nosy

Let’s face facts here, people. In this new age of Trumpism, it’s becoming all too commonplace for white people to call the police on black people for a litany of mundane reasons. Virtually nothing – it would seem – is out of bounds these days. Barbecuing While Black. Delivering Newspapers While Black. Selling Water While Black. These stories are straight out of something you’d see on Key and Peele, except they…well…actually happen.

But I’m torn on the following incident, dubbed by Raw Story as Yoga CD Listening While Black:

Ezekiel Phillips claims that he was sitting in his car, resting before his yoga class and listening to a Bikram Yoga CD, when a white woman confronted him, telling him that he didn’t belong in the area.

“You’re not supposed to be here. This is a good neighborhood,” he recalled to FOX 11.

“At that moment I’m like, ‘wait hold up’. Have a good day ma’am. Namaste. And I rolled my window up,” he said.

She started taking video, and so did he. Then the woman called Long Beach police.

In the 911 call, obtained by FOX 11, the woman can be heard grousing that the man was unfamiliar.

“I noticed him two houses up from my parents’ house and I’m like, you know and he’s waving to me. I don’t know who he is.”

She added, “I go ‘why are you sitting in your car in our neighborhood? And he goes ‘I’m resting’ and I’m like you weren’t two blocks back’’.

Phillips decided to stick it out. “I thought about it. ‘If I leave, it’s looking like I’m guilty of whatever she’s talking about.”

Police arrived and Phillips wasn’t charged with anything.

It should be noted that the actual reporting of the story never mentioned anything about the lady’s call having to do with Mr. Phillips playing a CD. Raw Story – a decidedly liberal outlet – is probably playing up the “(Fill in the Activity) While Black” narrative with, what I would consider, a misleading headline. Instead, her call to the police was about a man (albeit, a black man) parked on her block and inexplicably waiting in his car for a significant amount of time. That said, the story does raise a fair and legitimate question: was this lady’s actions rooted in racism, cautiousness, or both?

For me to believe that her actions were racially motivated I would have know for sure that she would not have responded the same way if the person in the car was white. I don’t. Without knowing anything about her, I’d like to believe that she would’ve called the police about anyone she deemed suspicious (to be sure, another obvious question to consider is what makes one person ‘suspicious’ and another person above suspicion”). But to me, this lady’s suspicions about Mr. Phillip’s questionable presence in the neighborhood seemed to be fair and practical, at least in this particular situation.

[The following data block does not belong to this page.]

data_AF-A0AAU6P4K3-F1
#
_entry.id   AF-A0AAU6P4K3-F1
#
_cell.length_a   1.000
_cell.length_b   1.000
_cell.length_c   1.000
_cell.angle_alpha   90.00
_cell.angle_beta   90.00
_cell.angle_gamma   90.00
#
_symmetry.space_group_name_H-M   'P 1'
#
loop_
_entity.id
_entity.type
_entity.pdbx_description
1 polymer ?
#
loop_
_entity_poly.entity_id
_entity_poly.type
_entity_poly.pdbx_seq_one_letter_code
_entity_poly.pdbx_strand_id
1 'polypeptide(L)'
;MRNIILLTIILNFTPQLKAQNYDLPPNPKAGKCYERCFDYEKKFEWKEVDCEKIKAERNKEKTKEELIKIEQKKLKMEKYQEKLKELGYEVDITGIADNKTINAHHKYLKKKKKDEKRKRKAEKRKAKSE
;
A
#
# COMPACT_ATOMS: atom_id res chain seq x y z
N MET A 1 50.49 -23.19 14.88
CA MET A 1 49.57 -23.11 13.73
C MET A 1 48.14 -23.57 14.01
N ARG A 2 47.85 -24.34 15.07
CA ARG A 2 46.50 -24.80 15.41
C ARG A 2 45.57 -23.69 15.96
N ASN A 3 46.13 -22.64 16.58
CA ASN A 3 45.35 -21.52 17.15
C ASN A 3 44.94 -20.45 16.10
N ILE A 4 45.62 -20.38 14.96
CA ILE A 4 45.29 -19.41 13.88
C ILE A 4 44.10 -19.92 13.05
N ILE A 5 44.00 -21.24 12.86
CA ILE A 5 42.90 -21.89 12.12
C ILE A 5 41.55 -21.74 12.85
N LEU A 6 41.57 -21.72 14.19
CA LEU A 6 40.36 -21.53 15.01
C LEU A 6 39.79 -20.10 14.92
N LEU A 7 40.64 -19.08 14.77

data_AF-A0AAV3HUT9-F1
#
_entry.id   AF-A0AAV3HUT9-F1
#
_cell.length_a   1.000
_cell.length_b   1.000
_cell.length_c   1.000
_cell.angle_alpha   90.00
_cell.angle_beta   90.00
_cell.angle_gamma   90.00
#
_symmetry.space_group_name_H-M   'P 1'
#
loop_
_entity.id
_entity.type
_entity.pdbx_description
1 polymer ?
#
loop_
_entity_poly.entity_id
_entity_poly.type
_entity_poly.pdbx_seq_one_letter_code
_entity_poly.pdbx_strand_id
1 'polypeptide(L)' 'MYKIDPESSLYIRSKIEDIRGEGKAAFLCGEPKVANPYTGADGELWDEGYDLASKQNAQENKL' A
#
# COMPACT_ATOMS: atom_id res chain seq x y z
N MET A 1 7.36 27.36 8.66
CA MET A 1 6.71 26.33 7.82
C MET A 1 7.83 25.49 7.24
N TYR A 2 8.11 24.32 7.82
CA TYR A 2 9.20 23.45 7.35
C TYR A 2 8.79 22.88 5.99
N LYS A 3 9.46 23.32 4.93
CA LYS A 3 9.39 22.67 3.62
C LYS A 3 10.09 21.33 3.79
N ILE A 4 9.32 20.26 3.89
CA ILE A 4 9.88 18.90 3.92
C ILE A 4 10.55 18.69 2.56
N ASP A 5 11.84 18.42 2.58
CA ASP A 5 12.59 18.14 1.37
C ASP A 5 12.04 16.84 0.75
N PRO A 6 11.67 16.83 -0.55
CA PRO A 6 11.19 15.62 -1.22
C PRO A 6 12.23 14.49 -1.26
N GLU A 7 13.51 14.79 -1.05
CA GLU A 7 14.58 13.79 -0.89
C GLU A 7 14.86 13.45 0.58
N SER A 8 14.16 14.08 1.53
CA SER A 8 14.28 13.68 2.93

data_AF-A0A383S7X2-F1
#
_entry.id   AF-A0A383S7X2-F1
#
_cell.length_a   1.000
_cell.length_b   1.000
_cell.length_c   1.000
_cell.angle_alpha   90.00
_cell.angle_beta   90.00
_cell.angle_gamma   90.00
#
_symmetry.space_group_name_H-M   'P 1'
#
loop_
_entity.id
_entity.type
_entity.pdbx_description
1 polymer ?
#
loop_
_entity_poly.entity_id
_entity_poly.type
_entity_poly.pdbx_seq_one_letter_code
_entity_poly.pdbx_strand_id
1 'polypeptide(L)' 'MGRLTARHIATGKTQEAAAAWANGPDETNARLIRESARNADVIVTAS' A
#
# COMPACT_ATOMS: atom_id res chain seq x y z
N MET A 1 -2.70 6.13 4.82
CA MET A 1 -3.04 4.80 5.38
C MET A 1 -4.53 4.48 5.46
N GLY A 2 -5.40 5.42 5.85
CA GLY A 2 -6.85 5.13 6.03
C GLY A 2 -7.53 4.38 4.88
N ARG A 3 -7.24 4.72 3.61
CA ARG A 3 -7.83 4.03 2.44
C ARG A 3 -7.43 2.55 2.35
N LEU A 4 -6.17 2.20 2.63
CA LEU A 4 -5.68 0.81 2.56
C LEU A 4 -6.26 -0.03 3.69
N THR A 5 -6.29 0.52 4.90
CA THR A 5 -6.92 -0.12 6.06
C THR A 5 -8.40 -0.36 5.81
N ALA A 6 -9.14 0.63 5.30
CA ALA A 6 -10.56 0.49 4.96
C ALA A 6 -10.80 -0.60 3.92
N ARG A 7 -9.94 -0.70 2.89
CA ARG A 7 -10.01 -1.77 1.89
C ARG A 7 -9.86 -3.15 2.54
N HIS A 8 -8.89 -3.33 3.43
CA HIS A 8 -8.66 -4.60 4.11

I freely admit: perhaps my own personal experiences have jaded my thoughts on this matter. As I recount the following true story, I remember a quote I once heard (sorry I can’t properly cite it): “A liberal is just a conservative who hasn’t been robbed yet”, an idea suggesting that a person’s idealistic views on a subject are likely to change once reality hits.

Anyway, as a relatively new homeowner, my wife and I have had the misfortune of having our house broken into twice. The first time, the break-in was committed by white guys. The second time, black guys. But in both cases (especially in the first instance, when our monitored security system wasn’t in place yet), our former neighbor Sally served as our eyes and ears. She called the police when she noticed people lurking around our home before they actually made any kind of move. And once they did, it was only because of her intervention that those guys didn’t have as much time as they wanted to completely clean our place out. The second group of guys were thwarted by a combination of Sally, my dad-in-law who got on the scene quickly, and our security system. But, again, in both situations, Sally’s vigilance was a real blessing to us.

But during that first situation where we didn’t have the benefit of monitored security, what if Sally hadn’t noticed anything? Or, worse yet, what if she noticed that something seemed off, but chose not to engage out of fear of being attacked for being too presumptuous? And even worse than that, what if Sally (a white woman herself) assumed the white guys were harmless as she went about her day?

Point being: people are so quick to attack the “see something, say something” notion. But isn’t that the level of social engagement we should hope and strive for? And yet, this lady’s watchful and vigilant behavior is somehow considered problematic. At least, until it becomes the very type of engagement keeps her neighbors safe and their homes/possessions in order. Maybe Mr. Phillip wasn’t a problem today. And thank goodness. But that might be a different story the next day. Or the day after that.

Frankly, it’s in moments like that I wish there were more Sallys in the world.

– ACL

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